In the new movie Assassination Nation, the small town of Salem, Oregon is brought to it’s knees after a hacker leaks the private text messages, emails, and internet search history of its citizens. High school senior and staunch feminist Lily (Odessa Young) and her trio of equally empowered friends find themselves at the center of the hysteria when a murderous mob falsely accuses Lily as the source of the hack, despite her own leaked texts outing her affair with a married man. While the film is mostly innovative, the dark comedy has a few glaring issues, with one towering above the rest.
Assassination Nation is all dark, no comedy.
I first heard about Assassination Nation via trailers on Instagram, and while I knew to expect some violence neither I, nor the friend I invited, was ready for what we saw. The movie played up to its hard ‘R’ rating with multiple attempted rape scenes, graphic fight sequences, and gallons upon gallons of blood (one guy even gets his throat slit and bleeds out on top of another person). And despite the rather lengthy list of trigger warnings – some cheeky, some not – displayed at the top of the film, it’s still a lot to experience, especially considering today’s political climate. But maybe that was exactly the point.
Lily and Friends
Odessa Young’s “Lily” is a witty, sarcastic suburban white teen with a knack for empathizing with others, all of which are characteristics that put her at constant odds with her conservative parents. Even her high school boyfriend is a louse, requiring oral sex from Lily but too scared to perform it on her. But Lily’s BFFs are her true support system.
Openly transgender Bex (Hari Nef) is perhaps Lily’s closest friend who also happens to have the arguably more dramatic plotline. Bex’ secret love affair with a popular jock is both painful and heartwarming to watch as they both navigate the jock’s closeted status and exploration of his own masculinity. Sisters Sarah (Suki Waterhouse) and no-nonsense Em (singer/songwriter Abra) round out the Fab Four. The question as to whether one or both of the sisters were adopted by their mother Nance (Anika Noni Rose) is left unanswered, but the tight bond of their family is crystal clear. As the town descends further into chaos, Nance and the four friends realize that they’re the only ones who can save themselves from a bloodthirsty mob hell-bent on maintaining the male-dominated social order.
Assassination Nation does an excellent job of highlighting the double standards women face when compared to men. When her affair with the married father of a child she used to babysit is exposed, it’s Lily who suffers the bulk of the consequences. She’s thrown out of the house, assaulted by her boyfriend and his pals, harassed in the streets, and threatened with rape. After her paramour’s wife learns of the affair after the citywide hack, even she blames Lily for the implosion of the marriage.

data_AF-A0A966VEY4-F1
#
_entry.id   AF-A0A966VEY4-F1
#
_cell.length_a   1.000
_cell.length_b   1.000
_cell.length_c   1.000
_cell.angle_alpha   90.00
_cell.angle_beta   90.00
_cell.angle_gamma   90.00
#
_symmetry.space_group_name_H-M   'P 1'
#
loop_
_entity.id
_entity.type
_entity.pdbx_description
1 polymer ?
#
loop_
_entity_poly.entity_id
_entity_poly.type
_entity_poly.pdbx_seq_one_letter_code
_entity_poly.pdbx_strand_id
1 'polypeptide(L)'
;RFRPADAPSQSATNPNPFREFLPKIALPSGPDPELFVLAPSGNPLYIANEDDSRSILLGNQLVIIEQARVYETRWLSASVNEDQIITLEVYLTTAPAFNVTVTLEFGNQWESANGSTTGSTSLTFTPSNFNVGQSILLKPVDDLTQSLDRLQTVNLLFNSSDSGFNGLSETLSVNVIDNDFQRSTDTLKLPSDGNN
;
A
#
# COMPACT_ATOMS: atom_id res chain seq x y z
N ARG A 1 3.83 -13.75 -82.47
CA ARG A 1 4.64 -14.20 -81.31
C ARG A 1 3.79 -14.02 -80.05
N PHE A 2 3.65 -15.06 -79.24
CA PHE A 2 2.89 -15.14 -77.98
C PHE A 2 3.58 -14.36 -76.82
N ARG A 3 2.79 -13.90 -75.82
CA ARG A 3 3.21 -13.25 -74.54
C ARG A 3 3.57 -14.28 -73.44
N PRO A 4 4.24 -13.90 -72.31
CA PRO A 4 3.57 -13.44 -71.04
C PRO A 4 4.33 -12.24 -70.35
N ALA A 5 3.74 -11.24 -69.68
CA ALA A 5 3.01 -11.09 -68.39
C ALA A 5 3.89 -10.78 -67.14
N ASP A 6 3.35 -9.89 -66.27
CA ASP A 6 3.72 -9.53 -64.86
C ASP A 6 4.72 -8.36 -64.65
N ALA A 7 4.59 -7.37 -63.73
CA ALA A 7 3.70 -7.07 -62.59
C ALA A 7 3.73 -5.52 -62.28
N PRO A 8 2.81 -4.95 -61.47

Things Fall Apart
But while Assassination Nation soars in its examinations of gender dynamics and abuse of various forms, it falters in the mechanics of how the story focuses the wrath of the leaks squarely at the feet of our four heroines.
Earlier in the film, the mayor’s cross-dressing proclivities are exposed and the Black male principal is erroneously deemed a pedophile over misinterpreted pictures of his young daughter in the bathtub.
While Lily in particular leads thoughtful, nuanced debates on the fates of both men and society’s obsession with over-sexualizing young girls, both situations are quickly put aside and no longer referenced in the film. What follows is an eventual discarding of previously artful messages of female empowerment, digital privacy, and toxic masculinity. At that point it’s as if the film grows weary carrying the weight of cleverness or the filmmakers realize there are only 20 minutes left to wrap things up. Instead of an insightful connection back to the smartly woven narratives presented earlier in the film, we’re left with a random idea dump via a taped monologue by Lily that ends things with a whimper instead of a bang.
Satire? Or Victim Blaming?
But perhaps having Salem’s wrath fall squarely on Lily & Co. instead of the town eating itself alive in the wake of the hack was entirely the point. Consider sexist school dress codes, rape victims being blamed for their assaults because of how they dressed or what they drank, or even the infamous Salem Witch Trials of the 1690s of which Assassination Nation is clearly a nod to. When it comes to “The Blame Game”, women more often than not come up short, whether the deserve to or not (NEWS FLASH: They don’t).
Other things that aren’t explained well in Assassination Nation are the dearth of Black residents in Salem followed by a random bevy of Black folks towards the end of the film. There is a weak explanation behind the FBI’s disinterest in a citywide data hack. Em’s hair is tangled and messy most of the movie, only to be mysteriously pressed to the Black diva gods during the film’s kickass climax. Someone behind the camera needs to check out Nappily Ever After on Netflix.
When to Watch
Assassination Nation is a smart movie that explores some serious themes that are especially topical in the wake of the #MeToo Movement, President Trump’s overall antics, and the Supreme Court nomination of Judge Brett Kavanaugh, a man accused of sexual assault when he was in high school.
While it stumbles on more than one occasion and is extremely graphic, its message is one that needs to be heard. It’s not quite worth paying full price for, but if you’re looking for a thought-provoking, albeit graphic matinee feature or eventual Netflix release, Assassination Nation is a good bet.
Assassination Nation opened in limited release in the U.S. on Friday, September 21, 2018.
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